The declaration of Prime Minister Hun Sen to keep steering the country for the next 10 years, until 2028, is a sign of continuity and trust in the PM given by the ruling Cambodian People’s Party. It’s also based on the assumption that he would get a renewed 5-year mandate in the July 29 general election.
All said, the first challenge facing Mr Hun Sen is bringing youth and women into the National Assembly. For that to happen, they must be ‘winnable’ candidates nominated by the CPP. Unfortunately at the 2013 election, most of the CPP youth candidates did not manage to win seats.
The second challenge – and this might seem crucial – is for the prime minister to show with clarity and unshakable political will that he intends to lead Cambodia for the next decade on a strong political footing with a clear succession plan in place.
The need for a strong political will is absolutely vital as the prime minister traverses the country and meets communities to address their problems and difficulties on the spot. He also will be meeting those who feel they have been disenfranchised or discriminated against, based on their complaints made on social media like Facebook and Twitter.
For one, the problems posed at the grassroots by the so-called ‘Little Napoleons’ – misusing the CPP’s name – must be urgently addressed. These ‘Little Napoleons’, who seem accountable to no one, are ever willing to subvert the efforts of the prime minister and the government by building their own fiefdoms.
No matter what the government directs, under the direction of the prime minister and its implementation by the cabinet, the ‘Little Napoleons’ will always be lurking in the areas that matter – from the communes to villages.
These ‘Little Napoleons’ were put into power in the 2017 commune elections. Having become commune, village and even district chiefs, with power going to their heads, they soon forgot the people who voted them in and sought to be dictators in their own little fiefdoms. In addition, when the dissolution of the opposition CNRP took place, the defection of CNRP commune chiefs and councilors were also blocked by the actions of the losing CPP candidates who placed insurmountable obstacles in their path. These former CNRP commune chiefs and councilors wanted to serve the people first – regardless of which political party they belonged to. Yet, they were prevented from doing so.
On the issue of political will, why is it so critical?
Prime Minister Hun Sen in a marathon cabinet meeting speech which lasted five hours lambasted cabinet and high-ranking government officials, accusing them of lacking initiative and just waiting for the cue from the premier’s office to make changes and adopt reforms – despite reforms being the keyword in the current mandate.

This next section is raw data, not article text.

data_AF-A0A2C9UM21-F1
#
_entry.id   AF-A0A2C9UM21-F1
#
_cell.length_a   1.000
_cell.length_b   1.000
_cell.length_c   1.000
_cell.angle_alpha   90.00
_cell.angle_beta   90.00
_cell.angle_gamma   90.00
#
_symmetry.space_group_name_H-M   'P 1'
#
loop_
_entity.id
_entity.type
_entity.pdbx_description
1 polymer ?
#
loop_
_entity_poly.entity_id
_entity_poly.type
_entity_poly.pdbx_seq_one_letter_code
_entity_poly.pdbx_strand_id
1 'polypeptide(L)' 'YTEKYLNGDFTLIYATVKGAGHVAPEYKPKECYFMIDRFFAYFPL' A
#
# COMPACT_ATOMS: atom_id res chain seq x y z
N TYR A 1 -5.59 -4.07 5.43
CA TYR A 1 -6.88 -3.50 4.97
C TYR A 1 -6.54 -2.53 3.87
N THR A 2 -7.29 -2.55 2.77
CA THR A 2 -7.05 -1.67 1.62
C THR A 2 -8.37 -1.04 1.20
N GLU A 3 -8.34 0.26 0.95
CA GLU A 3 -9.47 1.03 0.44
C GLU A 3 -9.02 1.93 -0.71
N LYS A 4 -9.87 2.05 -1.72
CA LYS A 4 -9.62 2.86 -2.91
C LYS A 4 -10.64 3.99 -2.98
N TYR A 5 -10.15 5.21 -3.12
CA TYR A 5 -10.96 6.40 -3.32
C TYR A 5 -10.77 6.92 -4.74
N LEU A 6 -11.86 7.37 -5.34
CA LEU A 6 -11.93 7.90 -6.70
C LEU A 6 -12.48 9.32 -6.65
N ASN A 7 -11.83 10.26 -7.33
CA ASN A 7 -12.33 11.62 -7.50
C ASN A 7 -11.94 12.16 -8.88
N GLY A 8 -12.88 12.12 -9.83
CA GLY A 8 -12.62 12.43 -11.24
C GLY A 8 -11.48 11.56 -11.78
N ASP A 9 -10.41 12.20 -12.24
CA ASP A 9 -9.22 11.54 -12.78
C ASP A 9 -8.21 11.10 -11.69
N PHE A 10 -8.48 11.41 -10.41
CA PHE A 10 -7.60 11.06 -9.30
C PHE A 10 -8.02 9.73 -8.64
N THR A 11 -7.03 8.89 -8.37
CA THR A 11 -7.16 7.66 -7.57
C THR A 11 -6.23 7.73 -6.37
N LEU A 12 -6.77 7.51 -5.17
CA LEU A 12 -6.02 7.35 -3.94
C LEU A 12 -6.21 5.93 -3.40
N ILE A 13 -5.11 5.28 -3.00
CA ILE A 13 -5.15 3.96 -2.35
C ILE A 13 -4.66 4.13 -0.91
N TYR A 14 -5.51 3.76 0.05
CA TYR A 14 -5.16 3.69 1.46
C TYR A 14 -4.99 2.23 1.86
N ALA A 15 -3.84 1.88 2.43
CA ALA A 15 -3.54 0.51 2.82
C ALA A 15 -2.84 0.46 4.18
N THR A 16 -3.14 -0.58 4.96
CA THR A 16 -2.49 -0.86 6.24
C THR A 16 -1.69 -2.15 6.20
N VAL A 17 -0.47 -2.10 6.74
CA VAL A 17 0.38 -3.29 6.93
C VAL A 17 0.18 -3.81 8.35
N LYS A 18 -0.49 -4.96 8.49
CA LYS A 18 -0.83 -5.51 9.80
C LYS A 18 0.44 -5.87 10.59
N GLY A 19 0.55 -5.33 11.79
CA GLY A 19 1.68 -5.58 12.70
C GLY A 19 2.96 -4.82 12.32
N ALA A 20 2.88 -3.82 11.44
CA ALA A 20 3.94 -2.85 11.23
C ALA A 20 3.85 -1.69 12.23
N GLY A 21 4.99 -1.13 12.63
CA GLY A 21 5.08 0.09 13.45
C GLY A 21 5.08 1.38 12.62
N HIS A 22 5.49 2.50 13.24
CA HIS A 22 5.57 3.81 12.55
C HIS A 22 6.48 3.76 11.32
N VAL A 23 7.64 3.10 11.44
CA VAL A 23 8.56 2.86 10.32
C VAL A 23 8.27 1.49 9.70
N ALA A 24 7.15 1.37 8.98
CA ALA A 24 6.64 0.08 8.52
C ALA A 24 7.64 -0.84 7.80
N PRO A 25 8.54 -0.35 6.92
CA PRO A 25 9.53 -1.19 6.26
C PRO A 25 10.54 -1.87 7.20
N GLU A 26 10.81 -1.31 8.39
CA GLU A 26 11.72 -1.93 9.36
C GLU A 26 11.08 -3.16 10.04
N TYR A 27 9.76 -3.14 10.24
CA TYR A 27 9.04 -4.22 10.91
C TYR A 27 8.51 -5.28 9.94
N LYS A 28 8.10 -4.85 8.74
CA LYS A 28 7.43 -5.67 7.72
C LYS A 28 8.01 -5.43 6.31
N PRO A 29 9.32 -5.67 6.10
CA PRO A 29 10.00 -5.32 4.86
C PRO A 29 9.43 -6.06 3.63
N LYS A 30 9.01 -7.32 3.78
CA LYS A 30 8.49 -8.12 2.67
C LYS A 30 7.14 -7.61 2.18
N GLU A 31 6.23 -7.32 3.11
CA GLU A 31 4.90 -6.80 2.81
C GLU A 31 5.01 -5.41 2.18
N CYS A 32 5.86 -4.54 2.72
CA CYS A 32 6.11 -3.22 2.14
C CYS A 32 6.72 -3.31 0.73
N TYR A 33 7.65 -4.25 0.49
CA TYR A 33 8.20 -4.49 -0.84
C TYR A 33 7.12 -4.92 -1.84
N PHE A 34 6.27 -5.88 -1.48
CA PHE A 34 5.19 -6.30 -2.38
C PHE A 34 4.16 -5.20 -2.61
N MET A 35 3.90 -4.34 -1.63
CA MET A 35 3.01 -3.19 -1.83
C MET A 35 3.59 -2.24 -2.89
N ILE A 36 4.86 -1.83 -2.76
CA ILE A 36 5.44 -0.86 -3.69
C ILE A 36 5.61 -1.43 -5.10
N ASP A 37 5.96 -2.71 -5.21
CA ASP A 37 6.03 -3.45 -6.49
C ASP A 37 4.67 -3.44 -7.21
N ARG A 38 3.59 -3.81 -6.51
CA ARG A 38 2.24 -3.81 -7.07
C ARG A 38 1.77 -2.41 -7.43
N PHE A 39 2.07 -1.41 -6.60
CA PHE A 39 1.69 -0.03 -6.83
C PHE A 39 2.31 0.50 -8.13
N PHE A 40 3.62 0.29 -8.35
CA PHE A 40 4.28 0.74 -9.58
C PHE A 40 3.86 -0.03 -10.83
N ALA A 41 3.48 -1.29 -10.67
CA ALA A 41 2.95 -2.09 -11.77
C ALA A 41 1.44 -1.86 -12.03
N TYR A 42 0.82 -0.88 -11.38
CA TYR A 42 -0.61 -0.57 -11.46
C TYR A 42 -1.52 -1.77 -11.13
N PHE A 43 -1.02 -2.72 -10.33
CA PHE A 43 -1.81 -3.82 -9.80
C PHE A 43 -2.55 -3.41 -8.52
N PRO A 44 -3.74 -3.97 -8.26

These cabinet members and high-ranking government officials must be dropped in the next mandate and the government formed after the July 29 election must comprise able, intelligent, proactive and sensible office bearers who preempt issues and adopt long term solutions rather than ad hoc measures.
Elderly ministers must step aside voluntarily and not plead for yet another term in office as their physical and cognitive capacities start to decline. Drastic changes in governance, policy implementations, project accountability and execution, and deliverables are needed to continue to earn the public’s trust and votes from the people.
The millennials and the social media generation would be key players in deciding the election result and this is where the prime minister’s political will must come into play.
It is tiresome to see and report on repetitive issues such as land grabbing and landlessness. The number of landless Cambodians is seen to be rising even after the much touted 01 decree was implemented in 2012. Since then, more than two million people have been given land titles, according to the German development agency GIZ which oversaw a land rights programme in the Kingdom.
Nonetheless, the alleged landless Cambodians keep popping up like mushrooms all the time. So what’s really wrong? Is there a digitalised central land registry, with a central data base to keep track of those who have received land titles? Only strong political will can eliminate these issues as they are the ones that could either make or break the outcome of the July election, due to their sensitive nature which drives emotions.
Prime Minister Hun Sen has toiled to develop Cambodia into what it is today – a miracle on the Mekong. But more needs to be done with a firm steady hand. For the PM to stay in power for another one or two terms, he must be tough on reforms. He also must address the root causes of problems, in particular corruption, social injustice and inequality, and not just the symptoms. The legitimacy of the government relies on the results of institutional reforms and economic performance – and this is the track record that is needed if the prime minister wants to stay on for another term or two.